- Property type and lien position. Hard money loans are made on all types of properties, including single-family and multi-family residential homes, commercial buildings, land, and industrial space. Some lenders specialize in residential and may not offer commercial loans because of lack of experience in that niche. Hard money lenders generally prefer to hold first liens, which represent the most senior claim on the property, but some will also accept second liens. The Socotra Fund lends across a variety of property types and thus benefits from more lending opportunities and a more diverse portfolio. Approximately two-thirds of the fund’s portfolio is single family residential, roughly 29% is commercial and the rest is land and multi-family residential. Unlike other mortgage pool funds, the Socotra Fund won’t accept second lien positions since these are considered too risky.
- Underwriting criteria. A major differentiator between mortgage pool funds is their lending criteria and the loan-to-value ratio they use to underwrite loans. Loan-to-value measures the loan amount as a percentage of the value of the property. A lower loan-to-value ratio creates a safety net that protects investors if the borrower defaults and the property must be sold to recover the investment. Many mortgage pool funds will make loans at 75% of property value. The Socotra Fund is more conservative and insists on a loan-to-value ratio closer to 55%. The advantages of conservative underwriting were apparent when the Socotra Fund was able to recover 100% of the principal and interest on the one foreclosure sale from its portfolio last year.
- Liquidity. Real estate investments are frequently criticized for poor liquidity. Property markets are cyclical and many months may pass before a property sells in down markets. Mortgage pool funds address the cyclicality issue by diversifying portfolios by region, property type and loan term. Even with liquidity-enhancing measures, start-ups and newer mortgage pool funds often have a lock-up period during which subscribers are prohibited from withdrawing capital. The Socotra Fund is more lenient, allowing its subscribers in most instances to withdraw their capital in the quarter following the withdrawal request. The fund’s subscribers benefit from better access to their funds and increased opportunities to reinvest.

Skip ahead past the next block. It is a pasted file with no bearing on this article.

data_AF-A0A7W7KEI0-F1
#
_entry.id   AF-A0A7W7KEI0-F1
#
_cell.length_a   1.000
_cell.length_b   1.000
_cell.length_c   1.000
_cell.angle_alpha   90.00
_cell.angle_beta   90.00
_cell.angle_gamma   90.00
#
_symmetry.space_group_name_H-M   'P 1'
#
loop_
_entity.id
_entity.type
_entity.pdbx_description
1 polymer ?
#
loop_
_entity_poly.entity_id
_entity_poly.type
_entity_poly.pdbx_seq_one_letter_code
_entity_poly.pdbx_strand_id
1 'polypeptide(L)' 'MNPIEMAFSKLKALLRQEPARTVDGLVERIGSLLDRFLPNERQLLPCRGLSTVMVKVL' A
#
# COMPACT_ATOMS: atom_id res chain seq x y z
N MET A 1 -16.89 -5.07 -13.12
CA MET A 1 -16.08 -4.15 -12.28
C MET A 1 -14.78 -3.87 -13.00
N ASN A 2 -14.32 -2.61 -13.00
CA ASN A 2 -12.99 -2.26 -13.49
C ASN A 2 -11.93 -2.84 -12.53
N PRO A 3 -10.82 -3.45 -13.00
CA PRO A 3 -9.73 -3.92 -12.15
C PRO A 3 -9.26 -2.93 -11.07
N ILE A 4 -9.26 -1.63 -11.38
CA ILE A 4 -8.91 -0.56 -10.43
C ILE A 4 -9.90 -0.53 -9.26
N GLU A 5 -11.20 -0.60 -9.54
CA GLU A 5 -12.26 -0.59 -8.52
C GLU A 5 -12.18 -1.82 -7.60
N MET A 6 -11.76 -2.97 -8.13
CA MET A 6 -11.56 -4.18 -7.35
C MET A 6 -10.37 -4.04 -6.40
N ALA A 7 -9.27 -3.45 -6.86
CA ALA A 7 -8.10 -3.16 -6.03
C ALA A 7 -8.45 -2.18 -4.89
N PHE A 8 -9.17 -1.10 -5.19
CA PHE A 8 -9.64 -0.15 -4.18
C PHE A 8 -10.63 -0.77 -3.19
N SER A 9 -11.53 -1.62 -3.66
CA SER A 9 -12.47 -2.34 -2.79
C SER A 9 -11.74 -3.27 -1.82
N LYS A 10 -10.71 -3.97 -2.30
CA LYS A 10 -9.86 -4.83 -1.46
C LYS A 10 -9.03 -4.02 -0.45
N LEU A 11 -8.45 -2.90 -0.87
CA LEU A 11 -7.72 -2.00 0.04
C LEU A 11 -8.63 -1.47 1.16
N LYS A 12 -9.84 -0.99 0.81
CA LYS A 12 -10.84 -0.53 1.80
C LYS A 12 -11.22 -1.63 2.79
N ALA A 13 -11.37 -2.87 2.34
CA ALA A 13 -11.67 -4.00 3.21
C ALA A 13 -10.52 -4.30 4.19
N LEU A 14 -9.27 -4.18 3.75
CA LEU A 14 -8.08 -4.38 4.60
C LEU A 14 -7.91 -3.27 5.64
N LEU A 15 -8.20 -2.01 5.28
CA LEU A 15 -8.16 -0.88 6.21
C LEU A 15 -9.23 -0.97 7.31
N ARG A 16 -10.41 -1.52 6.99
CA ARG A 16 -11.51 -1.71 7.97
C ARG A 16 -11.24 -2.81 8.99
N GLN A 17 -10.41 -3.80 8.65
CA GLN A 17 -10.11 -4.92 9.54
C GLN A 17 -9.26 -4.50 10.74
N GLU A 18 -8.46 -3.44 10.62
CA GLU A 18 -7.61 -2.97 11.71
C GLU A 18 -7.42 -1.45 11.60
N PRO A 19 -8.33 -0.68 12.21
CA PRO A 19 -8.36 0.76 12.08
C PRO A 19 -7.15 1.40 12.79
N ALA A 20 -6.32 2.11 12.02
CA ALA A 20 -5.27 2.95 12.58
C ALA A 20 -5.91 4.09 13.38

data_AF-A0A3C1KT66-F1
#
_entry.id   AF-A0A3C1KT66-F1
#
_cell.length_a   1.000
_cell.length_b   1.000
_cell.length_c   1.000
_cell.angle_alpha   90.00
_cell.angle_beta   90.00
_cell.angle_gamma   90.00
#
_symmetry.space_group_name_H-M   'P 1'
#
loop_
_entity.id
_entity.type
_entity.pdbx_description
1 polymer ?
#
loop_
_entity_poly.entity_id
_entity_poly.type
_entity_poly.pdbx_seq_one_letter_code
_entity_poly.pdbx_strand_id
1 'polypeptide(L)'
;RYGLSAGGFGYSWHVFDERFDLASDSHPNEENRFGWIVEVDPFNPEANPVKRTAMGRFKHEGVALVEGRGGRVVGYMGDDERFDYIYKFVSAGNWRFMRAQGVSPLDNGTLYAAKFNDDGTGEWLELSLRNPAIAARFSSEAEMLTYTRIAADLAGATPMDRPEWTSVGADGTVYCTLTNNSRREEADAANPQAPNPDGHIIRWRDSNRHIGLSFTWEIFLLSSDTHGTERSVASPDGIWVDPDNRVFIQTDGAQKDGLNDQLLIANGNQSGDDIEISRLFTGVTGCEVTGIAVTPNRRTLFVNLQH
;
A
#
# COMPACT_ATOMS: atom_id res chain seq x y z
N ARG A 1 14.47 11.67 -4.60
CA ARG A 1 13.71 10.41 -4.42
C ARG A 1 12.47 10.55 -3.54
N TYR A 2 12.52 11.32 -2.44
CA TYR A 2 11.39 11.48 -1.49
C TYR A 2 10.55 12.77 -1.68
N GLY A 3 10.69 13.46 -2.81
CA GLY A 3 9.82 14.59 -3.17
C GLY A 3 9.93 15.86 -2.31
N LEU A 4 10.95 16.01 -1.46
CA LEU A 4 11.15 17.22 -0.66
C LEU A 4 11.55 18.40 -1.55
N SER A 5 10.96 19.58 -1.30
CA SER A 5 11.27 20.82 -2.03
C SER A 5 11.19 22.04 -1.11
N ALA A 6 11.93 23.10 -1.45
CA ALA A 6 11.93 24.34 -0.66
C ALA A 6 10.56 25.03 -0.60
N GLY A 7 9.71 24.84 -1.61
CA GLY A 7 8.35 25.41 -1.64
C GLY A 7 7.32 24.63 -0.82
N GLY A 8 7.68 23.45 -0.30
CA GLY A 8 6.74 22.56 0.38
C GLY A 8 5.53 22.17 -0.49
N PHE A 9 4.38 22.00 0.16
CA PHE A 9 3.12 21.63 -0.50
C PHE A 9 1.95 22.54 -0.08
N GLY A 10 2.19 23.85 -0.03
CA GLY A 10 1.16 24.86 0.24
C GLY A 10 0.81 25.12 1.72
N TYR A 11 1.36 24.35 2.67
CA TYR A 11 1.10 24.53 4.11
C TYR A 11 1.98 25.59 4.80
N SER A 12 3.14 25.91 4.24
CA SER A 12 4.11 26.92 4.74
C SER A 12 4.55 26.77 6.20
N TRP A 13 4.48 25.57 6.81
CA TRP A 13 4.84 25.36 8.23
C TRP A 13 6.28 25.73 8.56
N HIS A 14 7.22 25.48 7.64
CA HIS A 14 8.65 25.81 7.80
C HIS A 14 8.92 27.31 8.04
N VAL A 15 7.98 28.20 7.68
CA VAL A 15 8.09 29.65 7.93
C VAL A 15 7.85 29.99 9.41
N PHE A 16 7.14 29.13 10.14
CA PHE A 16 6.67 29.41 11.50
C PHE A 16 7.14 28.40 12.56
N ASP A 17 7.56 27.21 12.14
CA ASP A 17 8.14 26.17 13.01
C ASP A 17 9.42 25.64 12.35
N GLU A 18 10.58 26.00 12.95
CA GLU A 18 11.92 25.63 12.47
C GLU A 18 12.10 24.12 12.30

- Management experience and skin in the game. A more robust housing market has multiplied the ranks of hard money lenders including mortgage pool funds. While start-up funds may present opportunities, many investors may prefer a mortgage pool fund with a track record of success and a management team well-aligned with fund subscribers. The Socotra Fund has been generating returns for subscribers since 2011. An investment of $100,000 in the fund at its inception would have been worth more than $162,000 by March 2016, as shown in the chart. Managers have committed more than $800,000 of their own capital to the fund, ensuring their interests are the same as fund subscribers.
As an asset class, mortgage pool funds outperformed both stocks and bonds in 2015 and can be great investments for those desiring monthly income and high risk-adjusted returns. Mortgage pool funds come in all shapes and sizes, however, so investors should do their research first in order to select a fund that is best aligned with their liquidity needs and appetite for risk.